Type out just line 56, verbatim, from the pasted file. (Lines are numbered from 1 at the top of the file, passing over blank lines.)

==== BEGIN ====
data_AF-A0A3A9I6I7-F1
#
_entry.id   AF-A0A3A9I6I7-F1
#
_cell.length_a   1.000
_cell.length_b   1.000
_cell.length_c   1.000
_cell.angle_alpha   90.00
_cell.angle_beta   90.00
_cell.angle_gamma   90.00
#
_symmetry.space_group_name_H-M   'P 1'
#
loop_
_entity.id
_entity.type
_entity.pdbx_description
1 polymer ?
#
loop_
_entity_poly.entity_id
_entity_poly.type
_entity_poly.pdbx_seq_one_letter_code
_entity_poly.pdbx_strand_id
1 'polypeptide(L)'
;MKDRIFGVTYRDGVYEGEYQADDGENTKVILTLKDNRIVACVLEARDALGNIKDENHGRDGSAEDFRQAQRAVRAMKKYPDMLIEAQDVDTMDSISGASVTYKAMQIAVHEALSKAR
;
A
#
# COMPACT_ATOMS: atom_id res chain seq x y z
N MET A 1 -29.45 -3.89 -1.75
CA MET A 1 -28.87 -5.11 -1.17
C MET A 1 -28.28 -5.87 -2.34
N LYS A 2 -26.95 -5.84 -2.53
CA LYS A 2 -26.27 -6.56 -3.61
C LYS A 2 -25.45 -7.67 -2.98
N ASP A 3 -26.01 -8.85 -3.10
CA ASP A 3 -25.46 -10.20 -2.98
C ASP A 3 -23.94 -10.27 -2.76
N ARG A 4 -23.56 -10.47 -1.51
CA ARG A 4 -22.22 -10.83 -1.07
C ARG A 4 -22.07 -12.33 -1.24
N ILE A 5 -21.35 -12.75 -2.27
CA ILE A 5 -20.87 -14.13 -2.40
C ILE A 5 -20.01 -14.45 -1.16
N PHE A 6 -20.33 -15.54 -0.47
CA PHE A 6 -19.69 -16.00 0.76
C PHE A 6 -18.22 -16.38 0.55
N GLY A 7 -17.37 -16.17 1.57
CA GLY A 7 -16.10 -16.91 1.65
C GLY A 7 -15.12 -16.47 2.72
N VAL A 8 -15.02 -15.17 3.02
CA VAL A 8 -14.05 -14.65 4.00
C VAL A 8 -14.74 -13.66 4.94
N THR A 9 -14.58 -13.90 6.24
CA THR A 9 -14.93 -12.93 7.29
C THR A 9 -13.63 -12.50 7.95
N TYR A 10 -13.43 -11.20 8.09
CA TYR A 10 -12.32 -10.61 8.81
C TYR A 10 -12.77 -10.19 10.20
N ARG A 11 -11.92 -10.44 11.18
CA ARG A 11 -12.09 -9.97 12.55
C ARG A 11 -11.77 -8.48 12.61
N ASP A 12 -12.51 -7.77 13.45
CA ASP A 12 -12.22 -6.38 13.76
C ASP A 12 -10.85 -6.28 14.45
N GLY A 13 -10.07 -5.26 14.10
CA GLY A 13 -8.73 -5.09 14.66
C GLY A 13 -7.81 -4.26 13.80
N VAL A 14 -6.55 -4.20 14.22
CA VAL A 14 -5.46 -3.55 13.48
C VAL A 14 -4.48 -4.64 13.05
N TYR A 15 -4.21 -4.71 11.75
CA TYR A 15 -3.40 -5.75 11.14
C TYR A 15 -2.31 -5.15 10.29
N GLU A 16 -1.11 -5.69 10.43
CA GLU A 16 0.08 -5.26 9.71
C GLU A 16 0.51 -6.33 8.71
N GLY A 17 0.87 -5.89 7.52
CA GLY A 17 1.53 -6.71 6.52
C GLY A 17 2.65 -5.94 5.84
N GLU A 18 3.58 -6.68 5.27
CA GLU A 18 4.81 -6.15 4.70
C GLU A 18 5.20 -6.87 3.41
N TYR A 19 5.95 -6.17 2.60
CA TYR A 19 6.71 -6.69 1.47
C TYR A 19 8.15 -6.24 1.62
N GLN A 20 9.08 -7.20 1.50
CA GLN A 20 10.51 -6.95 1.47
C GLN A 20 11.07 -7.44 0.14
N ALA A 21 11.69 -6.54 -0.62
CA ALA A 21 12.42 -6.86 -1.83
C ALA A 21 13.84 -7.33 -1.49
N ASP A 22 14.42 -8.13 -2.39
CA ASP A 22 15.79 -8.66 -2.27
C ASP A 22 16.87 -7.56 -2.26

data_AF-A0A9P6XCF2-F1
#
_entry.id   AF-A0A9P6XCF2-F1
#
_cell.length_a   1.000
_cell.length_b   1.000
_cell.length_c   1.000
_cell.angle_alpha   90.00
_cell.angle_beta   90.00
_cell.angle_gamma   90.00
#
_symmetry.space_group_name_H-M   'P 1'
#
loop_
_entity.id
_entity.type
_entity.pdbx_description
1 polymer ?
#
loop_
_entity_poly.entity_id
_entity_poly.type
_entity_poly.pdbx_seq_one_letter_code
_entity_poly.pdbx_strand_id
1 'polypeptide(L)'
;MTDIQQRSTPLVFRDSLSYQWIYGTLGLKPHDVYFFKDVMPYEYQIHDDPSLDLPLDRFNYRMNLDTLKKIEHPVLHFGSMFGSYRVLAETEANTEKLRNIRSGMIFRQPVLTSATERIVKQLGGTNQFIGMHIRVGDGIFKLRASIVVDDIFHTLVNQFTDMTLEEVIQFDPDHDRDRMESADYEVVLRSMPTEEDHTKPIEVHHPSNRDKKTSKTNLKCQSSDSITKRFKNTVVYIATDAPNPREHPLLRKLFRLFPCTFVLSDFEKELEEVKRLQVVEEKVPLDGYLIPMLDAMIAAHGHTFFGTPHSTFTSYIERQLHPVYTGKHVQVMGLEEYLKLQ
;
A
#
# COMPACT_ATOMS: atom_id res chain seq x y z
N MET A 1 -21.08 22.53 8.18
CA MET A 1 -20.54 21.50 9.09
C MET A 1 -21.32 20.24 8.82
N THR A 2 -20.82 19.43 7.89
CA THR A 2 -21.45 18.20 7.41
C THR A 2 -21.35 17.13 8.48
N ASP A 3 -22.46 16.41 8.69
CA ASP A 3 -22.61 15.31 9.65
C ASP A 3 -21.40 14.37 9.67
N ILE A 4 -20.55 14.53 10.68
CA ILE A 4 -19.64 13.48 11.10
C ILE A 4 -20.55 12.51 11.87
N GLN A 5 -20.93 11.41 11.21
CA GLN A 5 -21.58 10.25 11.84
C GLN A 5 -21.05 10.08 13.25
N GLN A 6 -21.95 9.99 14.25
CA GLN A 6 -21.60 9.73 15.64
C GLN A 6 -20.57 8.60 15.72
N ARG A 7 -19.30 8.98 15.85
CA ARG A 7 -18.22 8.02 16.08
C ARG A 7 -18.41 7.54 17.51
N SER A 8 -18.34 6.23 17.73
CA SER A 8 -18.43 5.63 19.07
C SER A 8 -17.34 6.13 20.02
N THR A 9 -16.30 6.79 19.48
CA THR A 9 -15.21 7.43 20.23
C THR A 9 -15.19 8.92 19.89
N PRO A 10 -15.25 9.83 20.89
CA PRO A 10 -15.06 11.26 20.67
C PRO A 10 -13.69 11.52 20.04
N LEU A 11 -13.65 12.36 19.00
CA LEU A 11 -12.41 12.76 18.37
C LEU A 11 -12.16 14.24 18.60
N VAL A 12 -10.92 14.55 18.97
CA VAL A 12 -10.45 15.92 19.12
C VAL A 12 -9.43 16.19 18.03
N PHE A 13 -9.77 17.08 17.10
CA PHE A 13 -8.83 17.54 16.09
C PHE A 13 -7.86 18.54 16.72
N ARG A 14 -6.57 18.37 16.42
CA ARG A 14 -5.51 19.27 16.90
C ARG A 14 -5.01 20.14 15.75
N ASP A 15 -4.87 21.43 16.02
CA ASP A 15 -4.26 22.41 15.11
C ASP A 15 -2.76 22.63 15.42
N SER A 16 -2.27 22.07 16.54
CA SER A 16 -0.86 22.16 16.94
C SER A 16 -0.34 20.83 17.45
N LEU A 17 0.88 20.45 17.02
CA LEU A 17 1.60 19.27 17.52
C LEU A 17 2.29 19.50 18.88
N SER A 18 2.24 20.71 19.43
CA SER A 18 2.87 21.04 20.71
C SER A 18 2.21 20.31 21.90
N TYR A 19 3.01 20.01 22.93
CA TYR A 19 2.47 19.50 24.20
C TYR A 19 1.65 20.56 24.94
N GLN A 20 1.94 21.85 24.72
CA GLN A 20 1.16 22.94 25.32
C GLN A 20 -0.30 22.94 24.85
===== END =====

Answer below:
CA THR A 9 -14.93 -12.93 7.29